August 26, 2014
Young Men, Empowering Women Everywhere
So rape drugs are a problem. For years -- indeed, for decades -- I've heard people advising women not to drink anything they haven't had positive control of every second since they watched it being poured.
Four college students, all men, thought this was a problem. So, they're fixing it.
Actually, the critics are correct in that this nail polish won't end rape. But that's a straw man argument - no one is claiming that giving women a tool to test their drinks was going to End Rape As We Know It. Most rapes don't even result from drugged drinks.
The objections to this novel invention are almost comically illogical - essentially, they revolve around a woman's asserted right to (on one hand) argue that the world is a dangerous place where women are regularly preyed upon by Rohypnal-wielding rapists, while (on the other hand) pretending she lives in a fantasy world where those rapists don't actually exist:
“One of the ways that rape is used as a tool to control people is by limiting their behavior,” Rebecca Nagle, one of the co-directors of an activist group called FORCE: Upsetting Rape Culture that challenges the societal norms around sexual assault, explained. “As a woman, I’m told not to go out alone at night, to watch my drink, to do all of these things. That way, rape isn’t just controlling me while I’m actually being assaulted — it controls me 24/7 because it limits my behavior. Solutions like these actually just recreate that. I don’t want to f***ing test my drink when I’m at the bar. That’s not the world I want to live in.”
We'd all like to live in a perfect world, but the real world is full of hazards. Chief among these are our fellow human beings. This is a fact men have had to deal with for most of human history. And there's a word for people who intelligently analyze the world around them and take precautions against known dangers. We call these people "adults". If women want to be considered fully equal to men, they're going to be exposed to the risks (as well as the rewards) that accompany greater opportunity and engagement with the world around them.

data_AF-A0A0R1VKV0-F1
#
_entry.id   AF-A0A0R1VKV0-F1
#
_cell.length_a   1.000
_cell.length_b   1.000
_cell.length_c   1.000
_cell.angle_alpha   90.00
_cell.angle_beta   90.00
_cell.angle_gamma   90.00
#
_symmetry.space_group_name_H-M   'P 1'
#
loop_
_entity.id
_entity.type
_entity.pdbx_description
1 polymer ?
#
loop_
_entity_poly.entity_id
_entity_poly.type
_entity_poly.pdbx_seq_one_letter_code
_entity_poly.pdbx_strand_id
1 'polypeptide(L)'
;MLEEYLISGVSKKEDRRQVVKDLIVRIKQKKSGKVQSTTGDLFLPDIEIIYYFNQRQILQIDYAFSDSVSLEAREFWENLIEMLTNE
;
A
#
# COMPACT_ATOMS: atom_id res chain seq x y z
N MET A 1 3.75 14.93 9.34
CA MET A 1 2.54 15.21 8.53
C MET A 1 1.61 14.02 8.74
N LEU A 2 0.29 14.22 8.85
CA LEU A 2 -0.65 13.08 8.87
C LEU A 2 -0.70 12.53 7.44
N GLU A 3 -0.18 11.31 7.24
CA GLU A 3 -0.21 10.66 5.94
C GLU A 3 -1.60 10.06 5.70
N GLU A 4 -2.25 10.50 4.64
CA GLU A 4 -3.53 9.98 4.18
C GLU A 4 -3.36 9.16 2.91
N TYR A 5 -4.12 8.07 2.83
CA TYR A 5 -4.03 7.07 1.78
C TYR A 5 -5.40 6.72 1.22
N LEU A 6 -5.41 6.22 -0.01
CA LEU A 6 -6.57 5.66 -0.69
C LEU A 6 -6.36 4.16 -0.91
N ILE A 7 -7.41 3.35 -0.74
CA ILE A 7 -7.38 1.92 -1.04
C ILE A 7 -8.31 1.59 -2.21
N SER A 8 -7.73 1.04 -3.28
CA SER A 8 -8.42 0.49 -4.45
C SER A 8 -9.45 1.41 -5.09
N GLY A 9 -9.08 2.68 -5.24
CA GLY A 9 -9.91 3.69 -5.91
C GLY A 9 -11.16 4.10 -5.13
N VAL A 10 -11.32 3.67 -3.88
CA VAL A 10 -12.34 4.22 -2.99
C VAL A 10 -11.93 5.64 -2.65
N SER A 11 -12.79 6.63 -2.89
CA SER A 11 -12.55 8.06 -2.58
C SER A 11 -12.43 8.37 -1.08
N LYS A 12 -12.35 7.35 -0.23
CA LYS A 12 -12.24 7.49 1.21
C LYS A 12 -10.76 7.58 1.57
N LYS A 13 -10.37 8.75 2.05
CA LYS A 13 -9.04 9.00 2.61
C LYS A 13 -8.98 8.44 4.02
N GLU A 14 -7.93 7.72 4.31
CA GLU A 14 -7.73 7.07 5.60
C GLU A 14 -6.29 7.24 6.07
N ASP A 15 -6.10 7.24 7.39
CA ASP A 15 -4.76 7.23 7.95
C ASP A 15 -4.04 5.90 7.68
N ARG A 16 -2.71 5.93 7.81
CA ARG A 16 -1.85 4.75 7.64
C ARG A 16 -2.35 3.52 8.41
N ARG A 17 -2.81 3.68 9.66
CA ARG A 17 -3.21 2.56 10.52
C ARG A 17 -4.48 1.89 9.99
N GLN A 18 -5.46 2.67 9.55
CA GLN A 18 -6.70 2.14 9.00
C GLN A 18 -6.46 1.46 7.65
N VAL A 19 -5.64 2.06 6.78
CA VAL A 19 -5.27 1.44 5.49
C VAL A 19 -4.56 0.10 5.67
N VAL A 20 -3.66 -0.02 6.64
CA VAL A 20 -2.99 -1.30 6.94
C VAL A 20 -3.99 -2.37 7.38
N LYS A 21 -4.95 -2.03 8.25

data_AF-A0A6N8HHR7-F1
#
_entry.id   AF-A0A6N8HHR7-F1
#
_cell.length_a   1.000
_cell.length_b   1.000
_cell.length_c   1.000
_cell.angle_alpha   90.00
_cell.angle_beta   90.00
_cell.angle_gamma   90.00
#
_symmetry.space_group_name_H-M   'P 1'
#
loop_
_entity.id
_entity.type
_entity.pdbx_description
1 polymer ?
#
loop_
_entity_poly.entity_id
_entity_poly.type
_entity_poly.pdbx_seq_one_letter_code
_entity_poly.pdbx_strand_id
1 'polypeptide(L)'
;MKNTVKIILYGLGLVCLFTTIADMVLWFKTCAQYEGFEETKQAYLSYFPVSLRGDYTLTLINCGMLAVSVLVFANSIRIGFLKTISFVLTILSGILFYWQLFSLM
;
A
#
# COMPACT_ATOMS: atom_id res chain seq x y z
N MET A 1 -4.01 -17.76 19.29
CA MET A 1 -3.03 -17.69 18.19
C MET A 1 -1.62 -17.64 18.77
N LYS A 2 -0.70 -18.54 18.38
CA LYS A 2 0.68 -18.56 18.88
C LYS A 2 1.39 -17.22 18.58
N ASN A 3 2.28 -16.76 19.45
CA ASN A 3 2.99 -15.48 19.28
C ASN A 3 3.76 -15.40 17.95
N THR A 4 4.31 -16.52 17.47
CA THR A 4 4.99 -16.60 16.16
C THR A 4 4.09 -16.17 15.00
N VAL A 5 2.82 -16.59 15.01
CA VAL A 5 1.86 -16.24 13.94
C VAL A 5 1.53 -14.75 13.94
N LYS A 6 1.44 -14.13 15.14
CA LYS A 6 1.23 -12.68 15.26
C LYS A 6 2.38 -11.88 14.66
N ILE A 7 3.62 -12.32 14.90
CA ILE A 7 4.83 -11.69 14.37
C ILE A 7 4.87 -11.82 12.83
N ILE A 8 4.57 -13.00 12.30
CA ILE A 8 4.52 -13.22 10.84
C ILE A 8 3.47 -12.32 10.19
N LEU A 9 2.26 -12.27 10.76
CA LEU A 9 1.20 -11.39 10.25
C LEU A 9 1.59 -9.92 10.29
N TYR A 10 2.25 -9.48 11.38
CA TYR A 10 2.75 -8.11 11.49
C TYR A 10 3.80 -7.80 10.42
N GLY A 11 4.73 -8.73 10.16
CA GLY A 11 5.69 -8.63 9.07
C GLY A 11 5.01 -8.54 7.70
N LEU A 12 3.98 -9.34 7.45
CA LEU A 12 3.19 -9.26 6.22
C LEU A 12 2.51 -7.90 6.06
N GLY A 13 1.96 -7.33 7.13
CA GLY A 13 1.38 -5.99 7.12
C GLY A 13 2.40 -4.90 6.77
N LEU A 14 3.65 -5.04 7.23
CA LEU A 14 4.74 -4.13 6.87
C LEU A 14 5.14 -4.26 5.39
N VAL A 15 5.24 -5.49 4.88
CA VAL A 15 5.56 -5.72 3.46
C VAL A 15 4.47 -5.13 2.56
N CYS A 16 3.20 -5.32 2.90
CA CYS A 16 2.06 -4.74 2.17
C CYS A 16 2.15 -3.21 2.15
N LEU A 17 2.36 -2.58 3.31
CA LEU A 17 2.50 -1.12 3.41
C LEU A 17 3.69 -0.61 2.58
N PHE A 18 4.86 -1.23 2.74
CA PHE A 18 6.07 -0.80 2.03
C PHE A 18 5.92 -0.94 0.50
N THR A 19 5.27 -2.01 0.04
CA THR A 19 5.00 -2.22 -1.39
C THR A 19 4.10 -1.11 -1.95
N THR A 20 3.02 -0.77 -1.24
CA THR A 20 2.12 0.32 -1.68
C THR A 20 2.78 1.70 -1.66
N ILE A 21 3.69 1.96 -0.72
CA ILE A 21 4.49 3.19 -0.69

Part of the "patriarchal" attitudes many feminists want to eradicate is the notion that women are fragile, delicate flowers who are naturally less capable than men of handling competition, aggression, or unpleasantness. For many centuries, women were thought to need protection from the harsh realities of the world.
The blog princess would not be inclined to wear nail polish that detects the presence of rape drugs, but then we don't consider the risk of being exposed to these drugs to be a significant one. Put simply, the preventative tactic is more trouble than it's worth. But if you're one of those folks who argues that being drugged and raped *is* a significant danger, in what bizarre universe does it make sense to stick your head in the sand and refuse to protect yourself?
Oh, and while we're at it, can we all agree that this is just plain idiotic?
Even if a woman were to wear special nail polish or anti-rape underwear, or if she listens to common – but misplaced – advice about not getting drunk and always walking home in a group, all she’s supposedly ensuring is that she won’t be attacked.
Preventing yourself from being attacked is the point, here. And yes - it's easier for a single person to apply drug-detecting nail polish than it is to prevent every person on the planet from ever using rape drugs. People who talk about "ending" rape are scary. After centuries of trying, the human race hasn't managed to end murder, theft, assault, battery, lying, fraud, poverty, disease, hunger, or the Heartbreak of Psoriasis either. Refusing to entertain any sensible precaution against a risk you want the world to accept is significant until something that has never happened in the history of the human race occurs is just plain delusional. Grow the hell up, and maybe then I'll take your quest for equality seriously.
Posted by Cassandra at August 26, 2014 08:03 AM
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I'm somewhat ashamed to say that my first thought on reading of this invention was that male college students (given the proof of innocence is insufficient court system) would be careless not to be wearing fingernail polish and testing their own drinks as well as their date's.
Posted by: htom at August 26, 2014 10:10 AM